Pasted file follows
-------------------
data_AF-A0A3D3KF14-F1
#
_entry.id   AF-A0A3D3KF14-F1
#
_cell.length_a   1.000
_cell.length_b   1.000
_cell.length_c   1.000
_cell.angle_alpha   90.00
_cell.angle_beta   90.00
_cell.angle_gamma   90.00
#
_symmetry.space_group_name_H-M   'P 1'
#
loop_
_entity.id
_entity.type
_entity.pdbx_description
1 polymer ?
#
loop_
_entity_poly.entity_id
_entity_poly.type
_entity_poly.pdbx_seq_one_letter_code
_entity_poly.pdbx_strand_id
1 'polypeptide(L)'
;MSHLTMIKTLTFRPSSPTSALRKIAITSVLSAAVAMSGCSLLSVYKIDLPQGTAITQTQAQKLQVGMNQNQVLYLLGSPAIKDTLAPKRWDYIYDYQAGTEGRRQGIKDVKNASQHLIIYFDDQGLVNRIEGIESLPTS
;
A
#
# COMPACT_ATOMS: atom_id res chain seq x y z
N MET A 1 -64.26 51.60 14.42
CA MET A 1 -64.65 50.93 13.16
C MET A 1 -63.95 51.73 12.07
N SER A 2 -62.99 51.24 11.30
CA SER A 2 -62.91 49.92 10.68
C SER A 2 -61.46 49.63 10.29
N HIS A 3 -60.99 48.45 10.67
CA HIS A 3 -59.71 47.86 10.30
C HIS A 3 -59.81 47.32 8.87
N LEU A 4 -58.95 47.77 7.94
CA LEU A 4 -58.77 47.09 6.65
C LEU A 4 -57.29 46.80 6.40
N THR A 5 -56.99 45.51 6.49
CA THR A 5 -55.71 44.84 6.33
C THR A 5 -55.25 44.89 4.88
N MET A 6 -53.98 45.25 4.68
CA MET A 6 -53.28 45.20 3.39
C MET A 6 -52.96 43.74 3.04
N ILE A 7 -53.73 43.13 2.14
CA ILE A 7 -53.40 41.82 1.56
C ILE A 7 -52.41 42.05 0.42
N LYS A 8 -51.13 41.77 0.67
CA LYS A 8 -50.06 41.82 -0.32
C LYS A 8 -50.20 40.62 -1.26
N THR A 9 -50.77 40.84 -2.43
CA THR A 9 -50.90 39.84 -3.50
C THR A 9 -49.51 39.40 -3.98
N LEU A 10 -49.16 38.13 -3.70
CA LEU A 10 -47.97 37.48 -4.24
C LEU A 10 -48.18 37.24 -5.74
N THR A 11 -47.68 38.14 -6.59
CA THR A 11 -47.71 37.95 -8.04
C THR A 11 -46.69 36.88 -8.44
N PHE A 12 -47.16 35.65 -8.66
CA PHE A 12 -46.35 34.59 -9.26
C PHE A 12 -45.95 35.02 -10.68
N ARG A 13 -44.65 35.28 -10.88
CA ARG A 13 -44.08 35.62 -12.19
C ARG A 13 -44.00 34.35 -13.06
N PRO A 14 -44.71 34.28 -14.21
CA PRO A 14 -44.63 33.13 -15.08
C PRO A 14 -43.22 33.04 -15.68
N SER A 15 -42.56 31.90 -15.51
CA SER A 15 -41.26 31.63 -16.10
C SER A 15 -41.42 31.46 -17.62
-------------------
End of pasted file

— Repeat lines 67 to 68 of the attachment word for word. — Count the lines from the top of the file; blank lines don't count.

N ARG A 13 -44.65 35.28 -10.88
CA ARG A 13 -44.08 35.62 -12.19